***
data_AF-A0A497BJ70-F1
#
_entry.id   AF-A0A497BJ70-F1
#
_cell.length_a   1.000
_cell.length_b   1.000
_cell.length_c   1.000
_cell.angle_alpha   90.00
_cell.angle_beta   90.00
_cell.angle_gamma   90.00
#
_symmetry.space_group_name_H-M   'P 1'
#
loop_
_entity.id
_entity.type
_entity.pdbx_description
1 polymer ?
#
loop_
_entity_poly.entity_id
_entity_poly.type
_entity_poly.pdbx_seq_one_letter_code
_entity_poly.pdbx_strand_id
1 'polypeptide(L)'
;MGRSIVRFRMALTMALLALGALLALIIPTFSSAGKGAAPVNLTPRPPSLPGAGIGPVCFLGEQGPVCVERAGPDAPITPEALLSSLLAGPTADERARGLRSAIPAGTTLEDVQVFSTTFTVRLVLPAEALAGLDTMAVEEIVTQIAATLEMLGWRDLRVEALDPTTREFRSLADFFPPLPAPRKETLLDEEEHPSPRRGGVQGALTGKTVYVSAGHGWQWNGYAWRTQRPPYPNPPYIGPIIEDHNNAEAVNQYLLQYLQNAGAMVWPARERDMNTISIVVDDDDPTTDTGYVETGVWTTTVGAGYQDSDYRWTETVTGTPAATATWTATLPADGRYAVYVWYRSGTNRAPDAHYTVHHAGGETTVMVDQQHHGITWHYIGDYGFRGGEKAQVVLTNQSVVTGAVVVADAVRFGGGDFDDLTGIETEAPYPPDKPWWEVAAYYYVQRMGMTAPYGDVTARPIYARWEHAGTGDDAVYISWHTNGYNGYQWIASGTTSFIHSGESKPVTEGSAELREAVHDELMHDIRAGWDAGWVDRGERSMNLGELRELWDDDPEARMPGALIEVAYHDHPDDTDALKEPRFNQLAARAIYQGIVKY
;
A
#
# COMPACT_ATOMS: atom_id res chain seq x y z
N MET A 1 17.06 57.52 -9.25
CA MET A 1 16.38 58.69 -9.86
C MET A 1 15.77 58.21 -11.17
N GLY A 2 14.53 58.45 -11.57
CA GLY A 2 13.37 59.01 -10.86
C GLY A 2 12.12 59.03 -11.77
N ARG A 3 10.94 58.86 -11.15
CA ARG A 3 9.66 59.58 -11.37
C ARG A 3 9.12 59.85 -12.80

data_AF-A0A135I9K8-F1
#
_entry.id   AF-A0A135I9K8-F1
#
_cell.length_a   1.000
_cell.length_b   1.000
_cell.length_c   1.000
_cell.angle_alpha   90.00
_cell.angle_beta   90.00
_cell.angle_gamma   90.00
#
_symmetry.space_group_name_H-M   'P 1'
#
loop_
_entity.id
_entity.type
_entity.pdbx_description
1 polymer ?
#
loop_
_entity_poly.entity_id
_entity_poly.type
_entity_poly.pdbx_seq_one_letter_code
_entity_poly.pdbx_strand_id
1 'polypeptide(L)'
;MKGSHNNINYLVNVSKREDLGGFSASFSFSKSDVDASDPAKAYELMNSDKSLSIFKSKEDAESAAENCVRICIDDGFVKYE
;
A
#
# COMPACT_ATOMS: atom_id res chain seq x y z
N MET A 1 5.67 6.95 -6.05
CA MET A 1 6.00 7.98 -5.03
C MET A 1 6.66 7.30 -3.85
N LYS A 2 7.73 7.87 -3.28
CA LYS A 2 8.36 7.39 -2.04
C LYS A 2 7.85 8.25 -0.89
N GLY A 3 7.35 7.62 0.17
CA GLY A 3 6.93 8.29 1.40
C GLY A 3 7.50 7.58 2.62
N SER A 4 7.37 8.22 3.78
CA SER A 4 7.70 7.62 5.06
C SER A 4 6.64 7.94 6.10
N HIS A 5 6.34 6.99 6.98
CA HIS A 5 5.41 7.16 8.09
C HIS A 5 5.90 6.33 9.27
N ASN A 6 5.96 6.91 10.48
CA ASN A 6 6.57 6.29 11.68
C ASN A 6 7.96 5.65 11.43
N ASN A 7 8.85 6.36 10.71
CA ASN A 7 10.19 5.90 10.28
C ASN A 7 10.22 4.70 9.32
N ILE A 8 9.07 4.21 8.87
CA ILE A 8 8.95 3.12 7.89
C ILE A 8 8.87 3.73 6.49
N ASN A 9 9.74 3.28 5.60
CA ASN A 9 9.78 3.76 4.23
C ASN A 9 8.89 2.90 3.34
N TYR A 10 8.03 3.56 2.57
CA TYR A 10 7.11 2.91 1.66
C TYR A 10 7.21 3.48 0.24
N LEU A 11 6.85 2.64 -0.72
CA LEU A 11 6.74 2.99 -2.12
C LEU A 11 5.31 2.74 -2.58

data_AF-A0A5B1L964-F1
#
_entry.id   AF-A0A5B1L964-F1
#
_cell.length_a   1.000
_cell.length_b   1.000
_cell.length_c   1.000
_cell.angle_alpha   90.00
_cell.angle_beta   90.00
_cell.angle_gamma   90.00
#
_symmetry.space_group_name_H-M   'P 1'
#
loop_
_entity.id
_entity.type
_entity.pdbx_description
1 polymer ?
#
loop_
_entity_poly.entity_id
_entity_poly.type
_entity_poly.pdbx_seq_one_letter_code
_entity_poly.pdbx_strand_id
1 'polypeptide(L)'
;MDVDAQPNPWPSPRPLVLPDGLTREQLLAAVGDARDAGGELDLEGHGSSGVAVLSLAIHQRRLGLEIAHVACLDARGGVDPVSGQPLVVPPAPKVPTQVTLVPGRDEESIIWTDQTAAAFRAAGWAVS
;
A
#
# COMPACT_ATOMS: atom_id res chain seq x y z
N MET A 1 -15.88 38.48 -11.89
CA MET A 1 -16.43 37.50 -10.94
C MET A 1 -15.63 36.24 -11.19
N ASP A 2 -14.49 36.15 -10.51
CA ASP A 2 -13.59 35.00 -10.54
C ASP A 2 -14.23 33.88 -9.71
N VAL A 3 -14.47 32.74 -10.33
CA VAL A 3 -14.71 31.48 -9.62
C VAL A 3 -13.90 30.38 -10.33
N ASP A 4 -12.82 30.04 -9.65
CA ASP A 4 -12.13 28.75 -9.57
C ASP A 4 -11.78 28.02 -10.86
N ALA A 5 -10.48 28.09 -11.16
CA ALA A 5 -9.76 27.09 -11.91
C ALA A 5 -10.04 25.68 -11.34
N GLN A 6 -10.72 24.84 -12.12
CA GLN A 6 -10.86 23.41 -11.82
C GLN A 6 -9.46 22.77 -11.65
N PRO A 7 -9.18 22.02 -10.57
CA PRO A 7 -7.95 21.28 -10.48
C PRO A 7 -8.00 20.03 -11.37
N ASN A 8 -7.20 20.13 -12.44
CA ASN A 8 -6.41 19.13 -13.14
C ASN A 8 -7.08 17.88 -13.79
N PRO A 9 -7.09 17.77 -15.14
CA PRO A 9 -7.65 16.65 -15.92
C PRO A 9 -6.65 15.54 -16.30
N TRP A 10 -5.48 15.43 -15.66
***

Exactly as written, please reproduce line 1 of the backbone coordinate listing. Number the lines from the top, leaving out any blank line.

data_AF-A0A497BJ70-F1